Chief of Naval Operations Admiral Mike Mullen has challenged U.S. maritime forces to devise a strategy for and of our time, while nearly simultaneously challenging the world's navies, coast guards, and maritime industries to move to a higher level of collaboration for the benefit of all.
While these two efforts are related. they are fundamentally different.
The Maritime Strategy
The effort to define a new maritime strategy began with the CNO's speech to the June 2006 Current Strategy Forum in Newport, Rhode Island. Admiral Mullen speculated-notwithstanding the excellent vision statement, Sea Power 21, and periodic Quadrennial Defense Reviews-that the complex nature of the current security environment is probably the main reason that no major strategic review has been undertaken recently. The complexity of the job, however, is no excuse, he said.
The Navy. Marine Corps, and Coast Guard are working together to create a strategy under the overarching guidance of the National Strategy for Maritime Security and the National Military Strategy. A new strategy will help define the role of maritime forces in protecting the nation, while highlighting the role of sea power in the advancement of U.S. interests.
Put another way, the new as-yet-unnamed maritime strategy will be a document in which U.S. national interests are front and center. Many of those interests will coincide with the interests of other nations, and we are working closely with friends and allies to gain their perspective. The vast experience of many of our international partners will help shape the emerging document.
The new maritime strategy must address the balance required for naval forces to carry out their enduring missions-chief among them fighting and winning wars alongside the other services-while stating strategic imperatives for new ways of employing naval forces around the world. The commanders in the Fleet and field are moving out in new and exciting directions every day with respect to peacetime employment. We must ensure that the maritime services are organizing, training, and equipping so that Fleet efforts can he sustained.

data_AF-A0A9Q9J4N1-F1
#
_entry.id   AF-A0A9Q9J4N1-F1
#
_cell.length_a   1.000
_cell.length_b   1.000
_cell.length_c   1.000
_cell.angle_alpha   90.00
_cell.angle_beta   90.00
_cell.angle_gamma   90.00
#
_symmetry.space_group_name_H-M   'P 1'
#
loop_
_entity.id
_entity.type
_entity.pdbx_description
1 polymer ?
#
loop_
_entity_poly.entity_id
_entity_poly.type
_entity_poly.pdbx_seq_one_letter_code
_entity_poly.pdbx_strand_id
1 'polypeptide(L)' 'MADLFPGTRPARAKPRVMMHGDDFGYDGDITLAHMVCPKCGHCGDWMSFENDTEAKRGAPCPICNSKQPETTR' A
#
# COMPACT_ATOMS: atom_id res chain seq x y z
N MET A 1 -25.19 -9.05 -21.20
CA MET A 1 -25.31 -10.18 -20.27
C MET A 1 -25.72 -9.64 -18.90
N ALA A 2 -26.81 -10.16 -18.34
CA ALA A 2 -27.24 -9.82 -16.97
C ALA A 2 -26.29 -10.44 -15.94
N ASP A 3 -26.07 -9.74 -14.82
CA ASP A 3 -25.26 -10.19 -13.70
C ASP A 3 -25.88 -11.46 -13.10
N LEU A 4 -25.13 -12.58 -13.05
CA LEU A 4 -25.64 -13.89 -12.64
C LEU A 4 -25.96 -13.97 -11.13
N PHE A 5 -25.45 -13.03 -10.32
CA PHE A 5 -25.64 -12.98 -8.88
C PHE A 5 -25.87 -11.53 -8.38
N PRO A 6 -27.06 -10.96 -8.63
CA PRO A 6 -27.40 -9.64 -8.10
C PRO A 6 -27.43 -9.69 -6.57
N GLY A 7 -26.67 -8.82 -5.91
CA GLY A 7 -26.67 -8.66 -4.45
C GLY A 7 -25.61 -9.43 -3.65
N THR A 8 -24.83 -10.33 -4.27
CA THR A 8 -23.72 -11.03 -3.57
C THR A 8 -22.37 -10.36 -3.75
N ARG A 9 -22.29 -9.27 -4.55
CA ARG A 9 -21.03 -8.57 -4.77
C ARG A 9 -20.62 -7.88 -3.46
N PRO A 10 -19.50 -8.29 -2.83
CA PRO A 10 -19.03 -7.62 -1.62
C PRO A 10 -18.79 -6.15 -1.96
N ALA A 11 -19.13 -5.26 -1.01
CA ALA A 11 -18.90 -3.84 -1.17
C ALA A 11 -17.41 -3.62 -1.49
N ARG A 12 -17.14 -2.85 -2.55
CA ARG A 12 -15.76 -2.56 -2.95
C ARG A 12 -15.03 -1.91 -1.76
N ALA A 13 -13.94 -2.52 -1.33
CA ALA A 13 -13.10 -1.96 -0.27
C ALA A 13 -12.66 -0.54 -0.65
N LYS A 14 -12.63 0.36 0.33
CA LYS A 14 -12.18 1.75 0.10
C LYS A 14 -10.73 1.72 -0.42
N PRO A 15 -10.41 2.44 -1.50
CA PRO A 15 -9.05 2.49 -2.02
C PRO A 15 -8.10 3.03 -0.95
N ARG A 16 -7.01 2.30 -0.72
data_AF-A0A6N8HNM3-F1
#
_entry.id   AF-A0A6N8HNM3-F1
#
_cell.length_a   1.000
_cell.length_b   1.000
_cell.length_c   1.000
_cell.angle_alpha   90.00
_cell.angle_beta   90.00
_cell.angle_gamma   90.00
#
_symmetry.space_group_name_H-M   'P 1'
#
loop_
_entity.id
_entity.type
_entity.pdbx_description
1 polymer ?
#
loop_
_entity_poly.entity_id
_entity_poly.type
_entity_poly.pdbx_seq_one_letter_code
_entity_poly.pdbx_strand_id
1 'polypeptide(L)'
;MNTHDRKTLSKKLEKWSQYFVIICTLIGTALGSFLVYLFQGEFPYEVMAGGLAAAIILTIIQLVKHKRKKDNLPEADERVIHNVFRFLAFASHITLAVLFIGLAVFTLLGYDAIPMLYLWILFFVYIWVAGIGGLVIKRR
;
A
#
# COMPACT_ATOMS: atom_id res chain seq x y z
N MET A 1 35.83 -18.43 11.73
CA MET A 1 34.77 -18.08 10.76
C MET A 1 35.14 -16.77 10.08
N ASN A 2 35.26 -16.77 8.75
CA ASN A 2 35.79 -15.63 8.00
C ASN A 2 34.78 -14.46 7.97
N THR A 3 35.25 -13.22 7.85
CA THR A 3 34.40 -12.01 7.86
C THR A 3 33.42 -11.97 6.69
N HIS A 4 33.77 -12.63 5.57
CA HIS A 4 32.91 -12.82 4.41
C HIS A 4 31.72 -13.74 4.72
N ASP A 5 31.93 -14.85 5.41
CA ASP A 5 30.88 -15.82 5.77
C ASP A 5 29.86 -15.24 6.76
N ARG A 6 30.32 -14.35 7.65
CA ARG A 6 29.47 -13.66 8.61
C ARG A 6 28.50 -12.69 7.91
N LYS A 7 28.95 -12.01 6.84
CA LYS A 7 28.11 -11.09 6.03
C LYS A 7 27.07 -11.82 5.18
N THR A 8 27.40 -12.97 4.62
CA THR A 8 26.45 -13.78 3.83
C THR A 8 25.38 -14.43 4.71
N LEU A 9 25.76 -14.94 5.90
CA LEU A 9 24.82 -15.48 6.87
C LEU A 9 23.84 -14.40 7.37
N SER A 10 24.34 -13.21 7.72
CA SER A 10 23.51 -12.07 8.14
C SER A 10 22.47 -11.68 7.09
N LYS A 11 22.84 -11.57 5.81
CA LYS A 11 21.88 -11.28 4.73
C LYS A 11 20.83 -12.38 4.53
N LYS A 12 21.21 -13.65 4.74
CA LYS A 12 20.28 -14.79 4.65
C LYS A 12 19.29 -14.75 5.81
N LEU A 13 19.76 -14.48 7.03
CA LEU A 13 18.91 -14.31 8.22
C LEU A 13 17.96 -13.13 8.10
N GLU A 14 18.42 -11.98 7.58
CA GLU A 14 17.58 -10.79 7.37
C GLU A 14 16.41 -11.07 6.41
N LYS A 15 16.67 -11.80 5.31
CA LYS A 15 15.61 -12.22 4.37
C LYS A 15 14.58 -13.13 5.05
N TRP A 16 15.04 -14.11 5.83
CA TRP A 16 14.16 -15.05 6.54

One of the most important ideas to be explored will he how forward presence is evolving to represent an entirely new set of desired effects, and how U.S. maritime forces might collaborate with like-minded forces of other nations in new and mutually agreeable and beneficial arrangements. The 1,000-Ship Navy is one organizational concept aiming at these strategic imperatives.
The 1,000-Ship Navy
The 1,000-Ship Navy (more formally known as the Global Maritime Partnership Initiative in recognition that not all participating nations have established navies) represents a new way of thinking about international naval and maritime cooperation and collaboration on maritime security. Never intending to imply establishment of a powerful international combat fleet, the 1,000-Ship Navy more appropriately fosters a free-form collaborative environment in which all components of the maritime domain come together to share information for the benefit of all. Enlightened self-interest, low barriers to entry (especially technical), and respect for national sovereignty all underpin this notion. The 1,000-Ship Navy will have no leader, no task group commander. Using commonly agreeable standards of information-sharing, nations would participate or not participate as their interests dictate.
Although the exact technical standards for participation have yet to be set, it is clear that the CNO is not interested in creating a high-end data link that would create a barrier for participation. In addition, while Admiral Mullen has advanced this concept, it should not be thought of as an American-led or -dominated operation, any more than one would consider the Internet in that light. If the 1,000-Ship Navy is to have any real impact, it will be because those who participate see it as in their interest to do so.
The new maritime strategy will likely serve to increase the benefits of the 1,000-Ship Navy to a strategic imperative, and the 1,000-Ship Navy will serve the new maritime strategy as a tangible illustration of how critical it is to establish international relationships. While related, the strategy and the 1,000-Ship Navy are not the same. Both however, reflect the CNO's oft-stuted maxim that no one nation can do it all alone.
Commander McGrath leads the Strategic Actions Group on the N3N5 Staff in the Office of the Chief of Naval Operations.